Estimating Vaccine-Preventable COVID-19 Deaths Among Adults Under Counterfactual Vaccination Scenarios in The United States: A Modeling Study Using Observational Data

Article Information

Ming Zhong1, Tamara Glazer1, Meghana Kshirsagar1, Richard Johnston1, Rahul Dodhia1, Allen Kim1, Divya Michael1, Santiago Salcido1, Sameer Nair-Desai2, Thomas C. Tsai3, 4, Stefanie Friedhoff2, William B Weeks*, 1, Juan M. Lavista1

1Microsoft AI for Good Lab, Redmond, WA

2School of Public Health, Brown University, Providence, RI

3Department of Health Policy and Management, Harvard T.H. Chan School of Public Health, Boston, MA

4Department of Surgery, Brigham and Women’s Hospital, Boston, MA

*Corresponding author: William B Weeks. Microsoft AI for Good Lab, Redmond, WA, USA

Received: 30 August 2023; Accepted: 06 September 2023; Published: 13 September 2023

Citation: Ming Zhong, Tamara Glazer, Meghana Kshirsagar, Richard Johnston, Rahul Dodhia, Allen Kim, Divya Michael, Santiago Salcido, Sameer Nair-Desai, Thomas C. Tsai, Stefanie Friedhoff, William B Weeks, Juan M. Lavista. Estimating Vaccine-Preventable COVID-19 Deaths Among Adults Under Counterfactual Vaccination Scenarios in The United States: A Modeling Study Using Observational Data. Journal of Pharmacy and Pharmacology Research. 7 (2023): 163-167.

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Abstract

Introduction: In early 2021, effective SARS-CoV-2 (COVID-19) vaccines became available in the United States; by mid-April 2021, vaccine availability outstripped demand, daily vaccination rates peaked, and COVID-19 vaccines were found highly effective in adult populations. Accurate estimates of the number of vaccine-preventable deaths had higher vaccination rates been attained could have helped local policymakers and possibly persuaded more to get vaccinated.

Methods: Because existing estimation methodologies are limited, for the period 1/1/21 – 4/30/22, we simulated the number of vaccine-preventable deaths associated with two-dose COVID-19 vaccination that incorporated state-level population, death, and vaccination numbers and three scenarios of vaccination rate achievement.

Results: Nationally, we found that had 100% of the population became fully vaccinated during the period examined, 318,979 deaths, or approximately 50% of reported COVID-19 deaths, might have been prevented; had 85% been so, 28% might have been prevented. Across states, we found substantial variation in the proportion of avoidable COVID-19 deaths that might have been avoided at the state level, from 25% in Massachusetts to 74% in Alaska.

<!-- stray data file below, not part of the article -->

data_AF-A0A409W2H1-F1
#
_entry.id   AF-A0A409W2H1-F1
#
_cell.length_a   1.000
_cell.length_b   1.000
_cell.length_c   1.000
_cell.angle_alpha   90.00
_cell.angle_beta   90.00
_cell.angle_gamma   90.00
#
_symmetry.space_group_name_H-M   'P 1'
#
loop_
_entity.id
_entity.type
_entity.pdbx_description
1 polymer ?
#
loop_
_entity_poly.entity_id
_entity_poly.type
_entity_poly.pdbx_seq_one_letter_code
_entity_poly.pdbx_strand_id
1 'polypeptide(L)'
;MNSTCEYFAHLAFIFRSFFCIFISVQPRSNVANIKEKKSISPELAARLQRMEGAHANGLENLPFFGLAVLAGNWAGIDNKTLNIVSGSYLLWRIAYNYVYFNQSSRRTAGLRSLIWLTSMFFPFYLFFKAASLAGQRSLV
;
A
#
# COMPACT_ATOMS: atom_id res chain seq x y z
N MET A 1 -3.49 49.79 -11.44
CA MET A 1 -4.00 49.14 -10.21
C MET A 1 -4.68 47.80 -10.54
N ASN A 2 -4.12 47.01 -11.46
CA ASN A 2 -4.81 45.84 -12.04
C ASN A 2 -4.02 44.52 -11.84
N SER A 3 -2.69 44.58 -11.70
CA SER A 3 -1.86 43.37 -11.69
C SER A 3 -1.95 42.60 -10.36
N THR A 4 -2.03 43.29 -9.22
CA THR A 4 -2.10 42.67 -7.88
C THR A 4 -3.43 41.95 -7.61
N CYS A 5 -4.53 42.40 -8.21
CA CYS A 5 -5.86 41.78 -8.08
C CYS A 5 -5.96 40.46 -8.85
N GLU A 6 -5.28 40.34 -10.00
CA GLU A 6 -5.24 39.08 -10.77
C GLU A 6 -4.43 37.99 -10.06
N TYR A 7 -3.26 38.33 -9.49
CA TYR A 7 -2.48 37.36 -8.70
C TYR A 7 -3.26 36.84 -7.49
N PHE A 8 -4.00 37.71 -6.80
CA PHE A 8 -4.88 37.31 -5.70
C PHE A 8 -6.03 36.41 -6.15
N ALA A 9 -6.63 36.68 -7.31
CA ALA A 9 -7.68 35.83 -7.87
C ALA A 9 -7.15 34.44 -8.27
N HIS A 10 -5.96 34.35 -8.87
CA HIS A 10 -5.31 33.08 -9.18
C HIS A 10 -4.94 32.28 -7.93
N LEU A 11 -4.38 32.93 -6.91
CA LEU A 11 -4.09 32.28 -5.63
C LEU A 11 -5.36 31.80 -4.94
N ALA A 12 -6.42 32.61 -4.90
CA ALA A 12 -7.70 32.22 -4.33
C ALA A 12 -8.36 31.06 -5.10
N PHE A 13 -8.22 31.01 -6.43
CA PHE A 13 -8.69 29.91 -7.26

Conclusion: Our findings are sobering when considering the number of deaths and diversion of scarce and expensive healthcare resources that might have been averted had peak vaccination administration efforts been maintained.

Keywords

COVID-19; vaccine-preventable deaths; modeling

COVID-19 articles; vaccine-preventable deaths articles; modeling articles

Article Details

1. Introduction

In early 2021, effective SARS-CoV-2 (COVID-19) vaccines became available in the United States; by mid-April 2021, vaccine availability outstripped demand and daily vaccination rates peaked [1,2]. Early on, COVID-19 vaccines were found highly effective in adult populations: analysis of 50 real-world studies showed full vaccination was associated with ≥82%, ≥81%, and ≥94% reductions in hospitalization, severe disease or ICU admission, and death, respectively [3]. Availability of accurate estimates of the number of vaccine-preventable deaths if higher vaccination rates been attained might have helped local policymakers persuade more to get vaccinated.  However, existing estimation methodologies rely on data from a limited number of states [4] or use a single vaccine maximization rate scenario [5]. To address these limitations, for the adult US population, we simulated the number of vaccine-preventable deaths associated with two-dose COVID-19 vaccination that incorporated state-level population, death, and vaccination numbers and three scenarios of vaccination rate achievement. We anticipated that models of increasingly higher vaccination uptake would generate estimates of increasing potentially avoidable deaths from COVID-19.

2. Methods

2.1 Data sources

We conducted a modeling study that relied on United States state-level observational data on adult COVID-19 deaths and vaccination rates that were publicly reported between 1/1/21-4/30/22.  From the New York Times, [1] we obtained numbers of adult (aged 18+) COVID-19 deaths; from the Centers for Disease Control (CDC), [2] we obtained numbers of adults (aged 18+) who had received at least two COVID-19 vaccination injections.

2.2 Statistical methods